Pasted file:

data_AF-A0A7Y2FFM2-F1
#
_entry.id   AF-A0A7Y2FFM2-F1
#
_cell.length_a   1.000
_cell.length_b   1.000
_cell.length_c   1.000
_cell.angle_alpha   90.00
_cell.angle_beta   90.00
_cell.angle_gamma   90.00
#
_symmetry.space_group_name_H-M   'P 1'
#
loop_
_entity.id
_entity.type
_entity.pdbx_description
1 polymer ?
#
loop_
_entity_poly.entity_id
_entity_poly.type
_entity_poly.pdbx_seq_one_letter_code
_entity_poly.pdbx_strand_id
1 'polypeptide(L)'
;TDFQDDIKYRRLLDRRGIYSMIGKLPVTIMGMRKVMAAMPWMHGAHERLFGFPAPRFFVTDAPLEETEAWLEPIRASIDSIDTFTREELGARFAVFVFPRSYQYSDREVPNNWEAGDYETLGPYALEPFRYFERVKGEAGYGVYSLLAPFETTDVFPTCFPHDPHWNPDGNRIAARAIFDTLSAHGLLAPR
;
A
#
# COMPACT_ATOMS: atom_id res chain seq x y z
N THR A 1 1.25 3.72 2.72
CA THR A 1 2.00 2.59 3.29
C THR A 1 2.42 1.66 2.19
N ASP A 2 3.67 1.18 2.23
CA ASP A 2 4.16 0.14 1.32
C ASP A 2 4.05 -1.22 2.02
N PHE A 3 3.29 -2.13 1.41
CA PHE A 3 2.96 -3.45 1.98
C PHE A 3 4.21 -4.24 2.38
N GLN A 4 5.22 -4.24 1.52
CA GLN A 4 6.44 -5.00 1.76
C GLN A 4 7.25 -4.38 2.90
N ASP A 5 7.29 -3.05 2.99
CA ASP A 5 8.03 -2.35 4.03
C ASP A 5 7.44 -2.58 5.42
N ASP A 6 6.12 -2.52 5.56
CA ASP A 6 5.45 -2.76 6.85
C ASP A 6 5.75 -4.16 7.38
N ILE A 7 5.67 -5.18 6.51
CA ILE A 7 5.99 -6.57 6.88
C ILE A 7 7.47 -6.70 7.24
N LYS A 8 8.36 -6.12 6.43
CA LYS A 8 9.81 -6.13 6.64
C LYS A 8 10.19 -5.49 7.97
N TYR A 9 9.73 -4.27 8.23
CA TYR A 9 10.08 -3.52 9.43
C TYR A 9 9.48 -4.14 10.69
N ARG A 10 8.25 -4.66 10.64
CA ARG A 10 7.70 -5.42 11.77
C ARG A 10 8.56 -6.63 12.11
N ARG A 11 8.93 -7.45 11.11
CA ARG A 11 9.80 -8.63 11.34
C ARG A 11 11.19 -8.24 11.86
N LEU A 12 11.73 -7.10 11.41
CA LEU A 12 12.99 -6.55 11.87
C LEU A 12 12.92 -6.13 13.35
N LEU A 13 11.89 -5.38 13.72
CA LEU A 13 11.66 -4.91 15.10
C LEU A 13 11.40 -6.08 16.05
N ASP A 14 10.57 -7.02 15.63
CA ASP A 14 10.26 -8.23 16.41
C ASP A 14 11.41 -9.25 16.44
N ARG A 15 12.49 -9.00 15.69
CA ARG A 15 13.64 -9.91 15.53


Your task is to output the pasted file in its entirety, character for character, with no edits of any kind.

data_AF-A0A7Y2FFM2-F1
#
_entry.id   AF-A0A7Y2FFM2-F1
#
_cell.length_a   1.000
_cell.length_b   1.000
_cell.length_c   1.000
_cell.angle_alpha   90.00
_cell.angle_beta   90.00
_cell.angle_gamma   90.00
#
_symmetry.space_group_name_H-M   'P 1'
#
loop_
_entity.id
_entity.type
_entity.pdbx_description
1 polymer ?
#
loop_
_entity_poly.entity_id
_entity_poly.type
_entity_poly.pdbx_seq_one_letter_code
_entity_poly.pdbx_strand_id
1 'polypeptide(L)'
;TDFQDDIKYRRLLDRRGIYSMIGKLPVTIMGMRKVMAAMPWMHGAHERLFGFPAPRFFVTDAPLEETEAWLEPIRASIDSIDTFTREELGARFAVFVFPRSYQYSDREVPNNWEAGDYETLGPYALEPFRYFERVKGEAGYGVYSLLAPFETTDVFPTCFPHDPHWNPDGNRIAARAIFDTLSAHGLLAPR
;
A
#
# COMPACT_ATOMS: atom_id res chain seq x y z
N THR A 1 1.25 3.72 2.72
CA THR A 1 2.00 2.59 3.29
C THR A 1 2.42 1.66 2.19
N ASP A 2 3.67 1.18 2.23
CA ASP A 2 4.16 0.14 1.32
C ASP A 2 4.05 -1.22 2.02
N PHE A 3 3.29 -2.13 1.41
CA PHE A 3 2.96 -3.45 1.98
C PHE A 3 4.21 -4.24 2.38
N GLN A 4 5.22 -4.24 1.52
CA GLN A 4 6.44 -5.00 1.76
C GLN A 4 7.25 -4.38 2.90
N ASP A 5 7.29 -3.05 2.99
CA ASP A 5 8.03 -2.35 4.03
C ASP A 5 7.44 -2.58 5.42
N ASP A 6 6.12 -2.52 5.56
CA ASP A 6 5.45 -2.76 6.85
C ASP A 6 5.75 -4.16 7.38
N ILE A 7 5.67 -5.18 6.51
CA ILE A 7 5.99 -6.57 6.88
C ILE A 7 7.47 -6.70 7.24
N LYS A 8 8.36 -6.12 6.43
CA LYS A 8 9.81 -6.13 6.64
C LYS A 8 10.19 -5.49 7.97
N TYR A 9 9.73 -4.27 8.23
CA TYR A 9 10.08 -3.52 9.43
C TYR A 9 9.48 -4.14 10.69
N ARG A 10 8.25 -4.66 10.64
CA ARG A 10 7.70 -5.42 11.77
C ARG A 10 8.56 -6.63 12.11
N ARG A 11 8.93 -7.45 11.11
CA ARG A 11 9.80 -8.63 11.34
C ARG A 11 11.19 -8.24 11.86
N LEU A 12 11.73 -7.10 11.41
CA LEU A 12 12.99 -6.55 11.87
C LEU A 12 12.92 -6.13 13.35
N LEU A 13 11.89 -5.38 13.72
CA LEU A 13 11.66 -4.91 15.10
C LEU A 13 11.40 -6.08 16.05
N ASP A 14 10.57 -7.02 15.63
CA ASP A 14 10.26 -8.23 16.41
C ASP A 14 11.41 -9.25 16.44
N ARG A 15 12.49 -9.00 15.69
CA ARG A 15 13.64 -9.91 15.53